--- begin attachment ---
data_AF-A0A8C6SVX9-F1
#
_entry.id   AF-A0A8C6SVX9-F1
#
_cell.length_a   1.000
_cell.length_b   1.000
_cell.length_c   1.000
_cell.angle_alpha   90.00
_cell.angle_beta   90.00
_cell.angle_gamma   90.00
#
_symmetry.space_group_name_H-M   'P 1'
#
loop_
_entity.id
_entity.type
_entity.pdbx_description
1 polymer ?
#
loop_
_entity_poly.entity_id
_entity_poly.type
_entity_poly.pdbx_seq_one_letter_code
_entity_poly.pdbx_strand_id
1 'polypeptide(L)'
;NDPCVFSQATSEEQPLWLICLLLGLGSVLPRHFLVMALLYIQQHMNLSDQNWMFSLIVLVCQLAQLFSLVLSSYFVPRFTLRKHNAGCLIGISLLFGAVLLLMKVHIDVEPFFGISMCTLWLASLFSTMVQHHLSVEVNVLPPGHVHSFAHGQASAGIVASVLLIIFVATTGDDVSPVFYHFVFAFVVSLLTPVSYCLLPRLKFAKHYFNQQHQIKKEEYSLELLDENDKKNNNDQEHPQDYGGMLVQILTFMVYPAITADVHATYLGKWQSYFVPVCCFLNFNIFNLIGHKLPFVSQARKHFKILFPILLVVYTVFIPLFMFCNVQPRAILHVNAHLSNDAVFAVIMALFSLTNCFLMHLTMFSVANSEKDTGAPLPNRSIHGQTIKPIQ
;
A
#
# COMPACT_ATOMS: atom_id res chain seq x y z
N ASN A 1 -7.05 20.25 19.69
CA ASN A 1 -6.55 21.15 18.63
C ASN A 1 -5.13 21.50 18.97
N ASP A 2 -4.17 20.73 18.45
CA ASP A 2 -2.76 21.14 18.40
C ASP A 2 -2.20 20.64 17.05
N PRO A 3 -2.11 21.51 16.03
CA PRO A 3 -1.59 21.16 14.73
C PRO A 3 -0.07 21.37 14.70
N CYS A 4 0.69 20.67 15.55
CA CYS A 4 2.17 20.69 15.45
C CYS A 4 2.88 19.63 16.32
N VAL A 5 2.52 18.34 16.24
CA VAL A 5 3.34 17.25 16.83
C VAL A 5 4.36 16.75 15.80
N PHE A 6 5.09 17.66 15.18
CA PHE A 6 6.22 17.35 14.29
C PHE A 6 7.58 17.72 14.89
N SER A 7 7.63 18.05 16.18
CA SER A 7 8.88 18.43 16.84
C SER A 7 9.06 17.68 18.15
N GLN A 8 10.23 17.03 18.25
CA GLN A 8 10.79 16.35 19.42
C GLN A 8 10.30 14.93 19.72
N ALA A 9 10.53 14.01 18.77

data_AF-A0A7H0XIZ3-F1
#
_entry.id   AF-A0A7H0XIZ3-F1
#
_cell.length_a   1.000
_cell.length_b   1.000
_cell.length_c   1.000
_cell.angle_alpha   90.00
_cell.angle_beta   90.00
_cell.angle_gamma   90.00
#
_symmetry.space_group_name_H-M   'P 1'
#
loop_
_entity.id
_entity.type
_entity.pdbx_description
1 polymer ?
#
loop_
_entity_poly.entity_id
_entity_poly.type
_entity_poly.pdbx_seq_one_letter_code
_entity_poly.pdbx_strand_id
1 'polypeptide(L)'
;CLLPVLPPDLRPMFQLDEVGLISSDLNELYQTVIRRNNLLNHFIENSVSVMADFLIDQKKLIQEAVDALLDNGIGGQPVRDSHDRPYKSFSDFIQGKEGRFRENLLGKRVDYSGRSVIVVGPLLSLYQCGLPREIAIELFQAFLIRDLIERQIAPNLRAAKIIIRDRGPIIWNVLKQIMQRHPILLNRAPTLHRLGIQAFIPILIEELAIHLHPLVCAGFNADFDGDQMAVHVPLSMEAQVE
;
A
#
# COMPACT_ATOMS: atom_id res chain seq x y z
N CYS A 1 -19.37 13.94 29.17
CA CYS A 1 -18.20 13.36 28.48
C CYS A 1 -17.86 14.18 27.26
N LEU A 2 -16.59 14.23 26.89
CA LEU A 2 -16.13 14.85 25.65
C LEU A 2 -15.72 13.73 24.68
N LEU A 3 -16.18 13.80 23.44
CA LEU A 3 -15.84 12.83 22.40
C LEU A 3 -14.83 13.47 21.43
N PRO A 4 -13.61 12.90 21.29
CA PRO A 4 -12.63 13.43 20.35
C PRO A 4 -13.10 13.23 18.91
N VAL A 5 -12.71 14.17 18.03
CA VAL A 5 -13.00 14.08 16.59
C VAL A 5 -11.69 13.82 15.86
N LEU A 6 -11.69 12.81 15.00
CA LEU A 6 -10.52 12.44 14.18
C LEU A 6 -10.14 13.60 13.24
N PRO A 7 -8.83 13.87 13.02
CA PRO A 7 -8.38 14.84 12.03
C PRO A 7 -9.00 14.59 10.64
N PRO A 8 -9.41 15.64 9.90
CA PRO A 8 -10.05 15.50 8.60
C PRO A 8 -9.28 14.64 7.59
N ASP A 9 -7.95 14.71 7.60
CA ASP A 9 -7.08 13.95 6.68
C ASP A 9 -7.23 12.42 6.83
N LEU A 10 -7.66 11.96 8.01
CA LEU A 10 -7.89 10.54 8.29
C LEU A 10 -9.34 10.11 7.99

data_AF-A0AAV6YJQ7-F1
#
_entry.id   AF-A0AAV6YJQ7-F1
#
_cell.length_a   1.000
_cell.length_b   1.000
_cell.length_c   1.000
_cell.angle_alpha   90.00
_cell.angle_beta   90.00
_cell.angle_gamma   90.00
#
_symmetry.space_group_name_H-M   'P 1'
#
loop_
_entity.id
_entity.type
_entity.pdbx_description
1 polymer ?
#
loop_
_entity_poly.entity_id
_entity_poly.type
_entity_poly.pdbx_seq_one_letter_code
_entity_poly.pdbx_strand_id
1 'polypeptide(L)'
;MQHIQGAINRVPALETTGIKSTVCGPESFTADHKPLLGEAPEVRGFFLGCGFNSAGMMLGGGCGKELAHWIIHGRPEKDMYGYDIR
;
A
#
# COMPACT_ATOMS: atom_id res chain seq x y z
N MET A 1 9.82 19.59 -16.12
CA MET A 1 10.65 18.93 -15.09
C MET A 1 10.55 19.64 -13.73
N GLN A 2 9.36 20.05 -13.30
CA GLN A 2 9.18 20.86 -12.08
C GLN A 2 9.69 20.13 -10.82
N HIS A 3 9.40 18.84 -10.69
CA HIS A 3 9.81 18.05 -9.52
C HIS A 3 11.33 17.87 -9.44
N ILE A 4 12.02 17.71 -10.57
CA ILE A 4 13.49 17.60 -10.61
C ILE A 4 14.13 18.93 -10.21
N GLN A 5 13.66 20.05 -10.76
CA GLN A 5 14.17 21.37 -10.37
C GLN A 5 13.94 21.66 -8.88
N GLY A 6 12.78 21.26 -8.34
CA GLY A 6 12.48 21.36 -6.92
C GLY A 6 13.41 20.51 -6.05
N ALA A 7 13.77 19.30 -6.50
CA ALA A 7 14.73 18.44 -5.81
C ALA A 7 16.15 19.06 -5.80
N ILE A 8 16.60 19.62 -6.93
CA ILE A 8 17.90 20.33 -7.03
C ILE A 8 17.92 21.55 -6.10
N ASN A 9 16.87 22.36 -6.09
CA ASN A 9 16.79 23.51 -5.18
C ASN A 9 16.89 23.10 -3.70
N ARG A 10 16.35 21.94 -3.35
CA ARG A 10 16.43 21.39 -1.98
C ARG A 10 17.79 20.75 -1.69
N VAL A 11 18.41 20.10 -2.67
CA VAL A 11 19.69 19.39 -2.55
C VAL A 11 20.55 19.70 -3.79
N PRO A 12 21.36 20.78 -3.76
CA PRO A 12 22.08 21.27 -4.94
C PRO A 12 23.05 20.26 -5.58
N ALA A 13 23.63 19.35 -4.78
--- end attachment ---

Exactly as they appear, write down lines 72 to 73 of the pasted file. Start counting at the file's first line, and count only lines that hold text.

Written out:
_entity.pdbx_description
1 polymer ?